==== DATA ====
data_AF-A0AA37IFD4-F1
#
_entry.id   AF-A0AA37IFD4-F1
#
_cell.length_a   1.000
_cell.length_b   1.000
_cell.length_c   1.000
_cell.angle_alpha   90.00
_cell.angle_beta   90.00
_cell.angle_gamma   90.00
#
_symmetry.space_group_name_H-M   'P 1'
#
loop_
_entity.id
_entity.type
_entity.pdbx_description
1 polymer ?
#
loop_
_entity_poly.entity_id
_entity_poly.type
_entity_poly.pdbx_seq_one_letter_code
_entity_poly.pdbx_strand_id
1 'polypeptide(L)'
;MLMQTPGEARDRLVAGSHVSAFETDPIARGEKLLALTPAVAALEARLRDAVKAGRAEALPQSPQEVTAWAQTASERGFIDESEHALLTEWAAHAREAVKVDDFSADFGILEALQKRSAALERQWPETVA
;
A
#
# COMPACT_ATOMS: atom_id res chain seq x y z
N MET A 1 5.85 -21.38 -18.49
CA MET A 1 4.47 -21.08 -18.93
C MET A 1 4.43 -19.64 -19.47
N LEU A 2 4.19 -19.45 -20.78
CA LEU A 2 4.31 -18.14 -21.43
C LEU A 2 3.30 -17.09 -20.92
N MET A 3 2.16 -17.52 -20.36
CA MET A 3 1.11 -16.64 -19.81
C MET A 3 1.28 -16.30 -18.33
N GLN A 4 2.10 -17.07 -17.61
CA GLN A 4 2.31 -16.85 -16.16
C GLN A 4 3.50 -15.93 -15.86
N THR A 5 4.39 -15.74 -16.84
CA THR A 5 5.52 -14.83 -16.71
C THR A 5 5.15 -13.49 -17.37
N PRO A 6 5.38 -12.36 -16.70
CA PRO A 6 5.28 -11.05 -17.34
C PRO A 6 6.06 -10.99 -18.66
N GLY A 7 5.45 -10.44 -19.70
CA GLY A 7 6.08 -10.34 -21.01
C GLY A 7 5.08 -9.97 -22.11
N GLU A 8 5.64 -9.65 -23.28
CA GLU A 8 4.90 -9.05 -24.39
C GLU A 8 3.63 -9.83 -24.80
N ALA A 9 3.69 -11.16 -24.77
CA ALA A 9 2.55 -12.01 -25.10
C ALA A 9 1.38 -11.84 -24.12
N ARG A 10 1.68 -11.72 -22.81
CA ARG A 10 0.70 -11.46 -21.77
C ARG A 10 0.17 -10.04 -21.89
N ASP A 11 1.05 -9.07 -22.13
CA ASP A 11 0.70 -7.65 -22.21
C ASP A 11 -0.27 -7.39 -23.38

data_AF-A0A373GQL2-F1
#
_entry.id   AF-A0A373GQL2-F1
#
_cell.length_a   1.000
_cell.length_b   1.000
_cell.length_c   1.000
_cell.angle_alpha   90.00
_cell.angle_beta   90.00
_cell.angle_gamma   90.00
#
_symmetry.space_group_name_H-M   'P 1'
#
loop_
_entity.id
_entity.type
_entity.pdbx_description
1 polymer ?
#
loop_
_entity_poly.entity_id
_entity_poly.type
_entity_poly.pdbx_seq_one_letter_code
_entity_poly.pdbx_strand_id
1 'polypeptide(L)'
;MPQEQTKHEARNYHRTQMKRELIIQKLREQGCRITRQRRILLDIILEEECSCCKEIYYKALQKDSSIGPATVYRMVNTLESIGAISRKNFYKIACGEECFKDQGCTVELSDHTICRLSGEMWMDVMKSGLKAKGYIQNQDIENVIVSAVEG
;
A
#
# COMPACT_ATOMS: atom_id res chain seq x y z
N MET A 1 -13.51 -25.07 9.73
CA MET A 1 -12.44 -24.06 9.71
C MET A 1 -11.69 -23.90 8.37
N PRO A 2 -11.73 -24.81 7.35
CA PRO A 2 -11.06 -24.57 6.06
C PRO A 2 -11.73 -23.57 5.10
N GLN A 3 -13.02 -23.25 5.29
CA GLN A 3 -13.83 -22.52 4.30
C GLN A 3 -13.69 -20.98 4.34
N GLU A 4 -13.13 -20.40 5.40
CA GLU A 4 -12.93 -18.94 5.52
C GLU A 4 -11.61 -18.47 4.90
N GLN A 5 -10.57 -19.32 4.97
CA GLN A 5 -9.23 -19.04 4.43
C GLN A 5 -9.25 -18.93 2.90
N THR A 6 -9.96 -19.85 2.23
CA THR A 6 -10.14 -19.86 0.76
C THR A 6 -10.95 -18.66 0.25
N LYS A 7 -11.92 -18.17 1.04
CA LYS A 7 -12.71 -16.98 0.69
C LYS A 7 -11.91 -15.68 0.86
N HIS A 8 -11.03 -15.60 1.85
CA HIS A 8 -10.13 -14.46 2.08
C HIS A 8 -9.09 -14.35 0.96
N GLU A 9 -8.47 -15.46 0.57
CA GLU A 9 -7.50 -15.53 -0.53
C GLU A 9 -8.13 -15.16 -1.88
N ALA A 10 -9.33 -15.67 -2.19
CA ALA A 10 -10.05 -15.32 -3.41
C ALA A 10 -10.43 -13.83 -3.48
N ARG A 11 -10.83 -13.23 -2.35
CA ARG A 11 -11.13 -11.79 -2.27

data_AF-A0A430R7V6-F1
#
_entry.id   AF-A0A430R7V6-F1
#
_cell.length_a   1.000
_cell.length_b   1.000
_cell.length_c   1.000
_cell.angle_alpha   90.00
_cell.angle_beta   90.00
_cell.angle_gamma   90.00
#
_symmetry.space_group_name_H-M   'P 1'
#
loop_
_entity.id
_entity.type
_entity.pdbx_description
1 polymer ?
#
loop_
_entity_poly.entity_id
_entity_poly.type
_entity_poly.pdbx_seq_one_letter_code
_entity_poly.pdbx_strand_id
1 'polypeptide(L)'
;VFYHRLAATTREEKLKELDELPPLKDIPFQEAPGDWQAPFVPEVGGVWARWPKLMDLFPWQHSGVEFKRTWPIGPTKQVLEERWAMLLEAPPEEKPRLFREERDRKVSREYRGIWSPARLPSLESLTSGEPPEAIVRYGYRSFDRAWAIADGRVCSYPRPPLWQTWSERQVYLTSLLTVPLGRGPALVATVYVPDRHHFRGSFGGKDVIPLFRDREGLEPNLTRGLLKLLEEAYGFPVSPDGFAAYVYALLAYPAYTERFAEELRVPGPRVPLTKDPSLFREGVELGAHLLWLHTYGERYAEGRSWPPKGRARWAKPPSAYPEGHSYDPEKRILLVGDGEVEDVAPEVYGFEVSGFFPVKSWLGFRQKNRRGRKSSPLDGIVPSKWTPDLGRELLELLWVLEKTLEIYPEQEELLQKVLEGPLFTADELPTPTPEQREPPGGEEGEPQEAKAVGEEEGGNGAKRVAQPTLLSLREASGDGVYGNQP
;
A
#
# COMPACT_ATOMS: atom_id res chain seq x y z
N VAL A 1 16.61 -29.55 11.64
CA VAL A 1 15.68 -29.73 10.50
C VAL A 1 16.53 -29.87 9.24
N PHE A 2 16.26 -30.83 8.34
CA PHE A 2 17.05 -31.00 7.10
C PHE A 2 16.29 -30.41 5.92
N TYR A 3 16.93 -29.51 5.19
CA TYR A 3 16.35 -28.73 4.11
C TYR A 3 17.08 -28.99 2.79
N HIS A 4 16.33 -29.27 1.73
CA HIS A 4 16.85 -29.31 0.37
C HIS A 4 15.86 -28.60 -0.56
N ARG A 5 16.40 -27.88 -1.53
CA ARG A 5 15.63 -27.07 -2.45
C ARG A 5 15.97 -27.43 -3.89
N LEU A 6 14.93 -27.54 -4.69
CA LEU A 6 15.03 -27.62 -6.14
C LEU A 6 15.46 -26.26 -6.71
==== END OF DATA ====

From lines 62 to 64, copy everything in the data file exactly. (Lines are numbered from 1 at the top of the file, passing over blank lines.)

CA ASP A 11 0.70 -7.65 -22.21
C ASP A 11 -0.27 -7.39 -23.38

data_AF-A0A373GQL2-F1